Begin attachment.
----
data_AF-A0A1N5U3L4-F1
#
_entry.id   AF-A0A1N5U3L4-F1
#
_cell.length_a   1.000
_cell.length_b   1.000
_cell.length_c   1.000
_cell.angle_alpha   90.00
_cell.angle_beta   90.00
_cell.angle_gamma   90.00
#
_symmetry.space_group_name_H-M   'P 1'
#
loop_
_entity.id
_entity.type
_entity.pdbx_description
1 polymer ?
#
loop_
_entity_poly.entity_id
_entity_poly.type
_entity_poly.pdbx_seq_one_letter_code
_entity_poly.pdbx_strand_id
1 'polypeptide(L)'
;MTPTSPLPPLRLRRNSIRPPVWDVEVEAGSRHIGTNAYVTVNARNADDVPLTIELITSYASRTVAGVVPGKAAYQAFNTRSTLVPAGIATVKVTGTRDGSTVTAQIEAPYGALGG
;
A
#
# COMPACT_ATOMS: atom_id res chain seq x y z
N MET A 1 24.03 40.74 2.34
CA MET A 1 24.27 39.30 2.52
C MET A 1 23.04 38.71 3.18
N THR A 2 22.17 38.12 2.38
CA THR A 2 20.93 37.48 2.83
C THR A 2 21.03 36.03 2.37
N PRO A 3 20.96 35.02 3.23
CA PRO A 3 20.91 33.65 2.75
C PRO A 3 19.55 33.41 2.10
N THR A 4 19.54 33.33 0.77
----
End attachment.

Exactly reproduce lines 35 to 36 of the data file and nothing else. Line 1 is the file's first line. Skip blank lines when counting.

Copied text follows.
CA THR A 2 20.93 37.48 2.83
C THR A 2 21.03 36.03 2.37